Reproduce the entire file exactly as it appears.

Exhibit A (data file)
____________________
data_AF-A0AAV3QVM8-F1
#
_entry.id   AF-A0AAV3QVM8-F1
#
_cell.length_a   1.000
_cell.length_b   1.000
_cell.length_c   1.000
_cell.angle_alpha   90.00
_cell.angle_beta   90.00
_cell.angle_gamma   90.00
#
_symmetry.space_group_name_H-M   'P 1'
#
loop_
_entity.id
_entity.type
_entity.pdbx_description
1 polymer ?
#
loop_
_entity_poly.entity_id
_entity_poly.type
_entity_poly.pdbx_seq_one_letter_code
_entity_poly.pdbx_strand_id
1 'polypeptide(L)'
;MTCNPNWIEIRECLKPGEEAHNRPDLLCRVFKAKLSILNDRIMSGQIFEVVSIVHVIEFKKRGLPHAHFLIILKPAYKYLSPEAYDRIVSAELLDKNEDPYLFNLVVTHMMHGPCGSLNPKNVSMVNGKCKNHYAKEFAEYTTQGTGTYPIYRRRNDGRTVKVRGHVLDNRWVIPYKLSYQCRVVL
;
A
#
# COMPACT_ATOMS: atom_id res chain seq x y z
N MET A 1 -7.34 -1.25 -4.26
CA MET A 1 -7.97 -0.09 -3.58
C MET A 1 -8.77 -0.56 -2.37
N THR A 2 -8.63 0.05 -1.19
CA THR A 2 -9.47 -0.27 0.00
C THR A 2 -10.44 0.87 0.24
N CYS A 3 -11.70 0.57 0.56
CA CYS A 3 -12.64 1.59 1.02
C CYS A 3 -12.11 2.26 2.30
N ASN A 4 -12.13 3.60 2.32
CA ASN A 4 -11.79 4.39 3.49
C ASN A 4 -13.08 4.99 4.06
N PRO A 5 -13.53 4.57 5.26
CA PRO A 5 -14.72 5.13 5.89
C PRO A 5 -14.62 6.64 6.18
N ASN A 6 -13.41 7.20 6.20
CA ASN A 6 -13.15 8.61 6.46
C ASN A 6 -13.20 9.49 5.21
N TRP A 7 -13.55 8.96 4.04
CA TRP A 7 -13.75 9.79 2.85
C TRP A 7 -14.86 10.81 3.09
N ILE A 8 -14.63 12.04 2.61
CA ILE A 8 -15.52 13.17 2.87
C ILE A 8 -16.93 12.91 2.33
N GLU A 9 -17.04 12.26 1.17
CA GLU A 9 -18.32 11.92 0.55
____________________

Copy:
data_AF-A0AAV3QVM8-F1
#
_entry.id   AF-A0AAV3QVM8-F1
#
_cell.length_a   1.000
_cell.length_b   1.000
_cell.length_c   1.000
_cell.angle_alpha   90.00
_cell.angle_beta   90.00
_cell.angle_gamma   90.00
#
_symmetry.space_group_name_H-M   'P 1'
#
loop_
_entity.id
_entity.type
_entity.pdbx_description
1 polymer ?
#
loop_
_entity_poly.entity_id
_entity_poly.type
_entity_poly.pdbx_seq_one_letter_code
_entity_poly.pdbx_strand_id
1 'polypeptide(L)'
;MTCNPNWIEIRECLKPGEEAHNRPDLLCRVFKAKLSILNDRIMSGQIFEVVSIVHVIEFKKRGLPHAHFLIILKPAYKYLSPEAYDRIVSAELLDKNEDPYLFNLVVTHMMHGPCGSLNPKNVSMVNGKCKNHYAKEFAEYTTQGTGTYPIYRRRNDGRTVKVRGHVLDNRWVIPYKLSYQCRVVL
;
A
#
# COMPACT_ATOMS: atom_id res chain seq x y z
N MET A 1 -7.34 -1.25 -4.26
CA MET A 1 -7.97 -0.09 -3.58
C MET A 1 -8.77 -0.56 -2.37
N THR A 2 -8.63 0.05 -1.19
CA THR A 2 -9.47 -0.27 0.00
C THR A 2 -10.44 0.87 0.24
N CYS A 3 -11.70 0.57 0.56
CA CYS A 3 -12.64 1.59 1.02
C CYS A 3 -12.11 2.26 2.30
N ASN A 4 -12.13 3.60 2.32
CA ASN A 4 -11.79 4.39 3.49
C ASN A 4 -13.08 4.99 4.06
N PRO A 5 -13.53 4.57 5.26
CA PRO A 5 -14.72 5.13 5.89
C PRO A 5 -14.62 6.64 6.18
N ASN A 6 -13.41 7.20 6.20
CA ASN A 6 -13.15 8.61 6.46
C ASN A 6 -13.20 9.49 5.21
N TRP A 7 -13.55 8.96 4.04
CA TRP A 7 -13.75 9.79 2.85
C TRP A 7 -14.86 10.81 3.09
N ILE A 8 -14.63 12.04 2.61
CA ILE A 8 -15.52 13.17 2.87
C ILE A 8 -16.93 12.91 2.33
N GLU A 9 -17.04 12.26 1.17
CA GLU A 9 -18.32 11.92 0.55